About Root Canal Treatments
If you have an infection in your tooth, removal isn’t the only option. A root canal can potentially save it. Though after the procedure the tooth will essentially be ‘dead’ with no root, root canals are superior to implants in most cases—and less expensive.
What Is a Root Canal?
A root canal is a relatively straightforward procedure to deal with an infection in the pulp of your tooth. It gets a bad rap, but it is an alternative to extracting a diseased tooth.
Extraction is not ideal because it leaves a gap. This can result in the other teeth shifting and so affect your smile as well. Some people prefer removal for budgetary reasons. The standard tooth extraction cost can range from $75 to $600 depending on whether surgery is required or not while root canal treatment cost will depend on which tooth is being dealt with. It usually starts at about $850. However, when you add the potential cost of an implant, which runs closer to $1,200, a root canal is actually the more affordable choice if you plan to replace the tooth after pulling it.
Symptoms Indicating You Need A Root Canal
Root canal causes are usually related to trauma to the tooth. This may be where it has chipped or cracked, but not always. If the tooth is left untreated, there’s a good chance that the pulp will become infected. Root canal pain symptoms are usually the primary indicator that you’ll need this treatment, but recurrent abscesses or foul-smelling breath can also be indications. The best way to know for sure is to go in and see our dentist.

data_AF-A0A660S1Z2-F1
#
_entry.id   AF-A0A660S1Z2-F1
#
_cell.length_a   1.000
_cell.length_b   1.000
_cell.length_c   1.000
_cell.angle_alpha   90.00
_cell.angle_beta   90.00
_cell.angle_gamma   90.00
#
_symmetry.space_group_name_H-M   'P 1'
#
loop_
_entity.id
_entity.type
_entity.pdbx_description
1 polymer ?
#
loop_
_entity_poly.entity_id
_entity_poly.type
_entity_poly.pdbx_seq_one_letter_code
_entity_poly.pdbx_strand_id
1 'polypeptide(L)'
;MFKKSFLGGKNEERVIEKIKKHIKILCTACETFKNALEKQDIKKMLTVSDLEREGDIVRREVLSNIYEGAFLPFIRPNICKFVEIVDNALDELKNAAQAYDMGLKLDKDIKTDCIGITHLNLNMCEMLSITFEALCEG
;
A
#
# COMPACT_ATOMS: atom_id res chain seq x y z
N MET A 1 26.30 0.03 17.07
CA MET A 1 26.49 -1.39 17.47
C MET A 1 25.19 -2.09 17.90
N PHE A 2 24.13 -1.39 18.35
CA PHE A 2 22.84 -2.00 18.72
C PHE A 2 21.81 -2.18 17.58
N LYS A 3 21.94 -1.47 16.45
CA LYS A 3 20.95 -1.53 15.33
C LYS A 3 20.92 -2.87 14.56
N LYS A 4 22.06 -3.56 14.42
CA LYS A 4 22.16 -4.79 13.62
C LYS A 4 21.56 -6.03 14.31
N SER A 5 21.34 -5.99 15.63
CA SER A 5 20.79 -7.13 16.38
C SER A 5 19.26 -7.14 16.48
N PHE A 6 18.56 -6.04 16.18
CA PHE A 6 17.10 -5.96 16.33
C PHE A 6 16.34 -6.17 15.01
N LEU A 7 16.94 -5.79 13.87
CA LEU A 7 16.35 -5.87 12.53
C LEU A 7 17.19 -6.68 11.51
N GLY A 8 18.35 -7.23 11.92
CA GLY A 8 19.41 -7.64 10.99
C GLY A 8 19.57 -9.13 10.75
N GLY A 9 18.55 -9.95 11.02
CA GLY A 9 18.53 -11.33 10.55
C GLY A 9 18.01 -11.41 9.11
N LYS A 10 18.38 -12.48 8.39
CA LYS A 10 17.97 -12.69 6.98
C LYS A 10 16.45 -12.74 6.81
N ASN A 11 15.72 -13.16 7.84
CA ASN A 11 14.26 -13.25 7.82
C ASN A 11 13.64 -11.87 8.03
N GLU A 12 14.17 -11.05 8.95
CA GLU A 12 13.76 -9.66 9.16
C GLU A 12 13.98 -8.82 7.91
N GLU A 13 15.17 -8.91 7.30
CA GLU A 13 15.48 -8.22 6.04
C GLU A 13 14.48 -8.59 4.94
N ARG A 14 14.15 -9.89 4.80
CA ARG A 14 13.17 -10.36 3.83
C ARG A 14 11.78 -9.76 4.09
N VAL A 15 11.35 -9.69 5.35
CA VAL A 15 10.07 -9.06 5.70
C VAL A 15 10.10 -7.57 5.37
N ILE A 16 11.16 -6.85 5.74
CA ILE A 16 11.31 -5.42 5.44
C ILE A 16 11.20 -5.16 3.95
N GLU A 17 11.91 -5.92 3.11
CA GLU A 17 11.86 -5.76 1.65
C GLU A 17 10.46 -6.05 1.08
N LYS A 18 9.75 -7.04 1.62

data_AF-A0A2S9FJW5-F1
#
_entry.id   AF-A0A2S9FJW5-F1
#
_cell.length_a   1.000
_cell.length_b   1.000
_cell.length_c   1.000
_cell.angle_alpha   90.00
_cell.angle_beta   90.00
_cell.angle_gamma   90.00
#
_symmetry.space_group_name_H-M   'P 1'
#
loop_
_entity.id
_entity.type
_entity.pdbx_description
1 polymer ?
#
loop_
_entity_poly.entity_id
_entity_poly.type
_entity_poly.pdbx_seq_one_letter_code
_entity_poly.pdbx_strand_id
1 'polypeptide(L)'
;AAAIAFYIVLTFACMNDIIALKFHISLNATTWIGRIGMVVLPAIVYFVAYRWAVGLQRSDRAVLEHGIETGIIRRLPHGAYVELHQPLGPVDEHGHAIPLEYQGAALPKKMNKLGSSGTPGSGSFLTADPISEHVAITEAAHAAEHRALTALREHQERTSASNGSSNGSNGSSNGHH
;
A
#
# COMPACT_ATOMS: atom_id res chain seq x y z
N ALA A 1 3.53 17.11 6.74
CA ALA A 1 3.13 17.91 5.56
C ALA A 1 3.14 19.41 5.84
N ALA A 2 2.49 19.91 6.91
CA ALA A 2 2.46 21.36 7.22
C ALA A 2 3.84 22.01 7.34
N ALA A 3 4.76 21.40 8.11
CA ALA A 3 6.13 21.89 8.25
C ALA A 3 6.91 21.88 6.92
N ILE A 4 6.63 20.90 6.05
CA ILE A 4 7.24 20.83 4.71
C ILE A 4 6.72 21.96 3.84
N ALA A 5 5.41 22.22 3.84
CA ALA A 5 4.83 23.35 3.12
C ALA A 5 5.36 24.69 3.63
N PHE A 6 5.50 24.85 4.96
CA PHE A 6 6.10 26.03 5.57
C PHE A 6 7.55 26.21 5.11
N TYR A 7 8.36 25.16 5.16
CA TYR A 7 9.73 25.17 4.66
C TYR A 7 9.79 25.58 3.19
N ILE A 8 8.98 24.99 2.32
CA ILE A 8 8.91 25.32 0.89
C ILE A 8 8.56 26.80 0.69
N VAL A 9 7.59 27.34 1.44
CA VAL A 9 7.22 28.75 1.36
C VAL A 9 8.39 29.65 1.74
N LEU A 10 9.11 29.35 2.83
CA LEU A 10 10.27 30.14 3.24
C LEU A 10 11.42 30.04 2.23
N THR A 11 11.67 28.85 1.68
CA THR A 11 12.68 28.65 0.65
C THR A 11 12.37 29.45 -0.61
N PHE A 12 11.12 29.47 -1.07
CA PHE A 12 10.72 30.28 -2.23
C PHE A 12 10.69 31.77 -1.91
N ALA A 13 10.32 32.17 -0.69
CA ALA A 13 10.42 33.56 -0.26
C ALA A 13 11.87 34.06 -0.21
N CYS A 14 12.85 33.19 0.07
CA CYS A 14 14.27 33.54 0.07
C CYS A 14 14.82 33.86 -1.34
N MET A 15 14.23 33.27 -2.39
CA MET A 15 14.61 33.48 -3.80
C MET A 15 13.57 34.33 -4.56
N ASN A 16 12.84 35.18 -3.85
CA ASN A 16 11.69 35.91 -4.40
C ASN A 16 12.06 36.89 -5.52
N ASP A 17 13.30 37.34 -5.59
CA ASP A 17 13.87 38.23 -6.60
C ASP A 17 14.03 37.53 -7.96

Root Canal Treatment
A lot of people worry about root canal treatment pain. In the early days, it was an intense treatment, but modern techniques and anesthesia make it bearable now.
The procedure is simple. The tooth is numbed using local anesthesia. You might feel a little bit of a pinch when the needle is inserted, but it’s not all that bad. You’ll be left for a little while so that the anesthesia has a chance to kick in.
A dental dam may be inserted to isolate the tooth so that it can remain dry and clean throughout the procedure.
A small hole is then drilled through the enamel until the pulp of the tooth is accessible. A file is then inserted into the hole to help remove the pulp. It may be necessary to shape the inside using the file. Water may be used to rinse the chamber and get any leftover bits of pulp.
An antimicrobial solution is usually added to kill off any bacteria that might have survived the process. The point is that the chamber is cleaned thoroughly so that no infection remains. It is then dried and filled. A temporary crown is put in place to close off the opening.
You’ll need to go back a few weeks later to have the new crown put in place. At this stage, the dentist will decide whether the tooth needs further support. If it does, a post will be placed inside the chamber. This makes the crown more stable. The permanent crown is then placed.
Root canal recovery is usually quite quick and will go smoothly if you follow our dentist’s directions. There may be some tenderness in the area, but this will abate pretty quickly and is easily overcome with over-the-counter medications.
Overall, the discomfort is bearable and a lot better than dealing with an aching tooth or recovering from an extraction.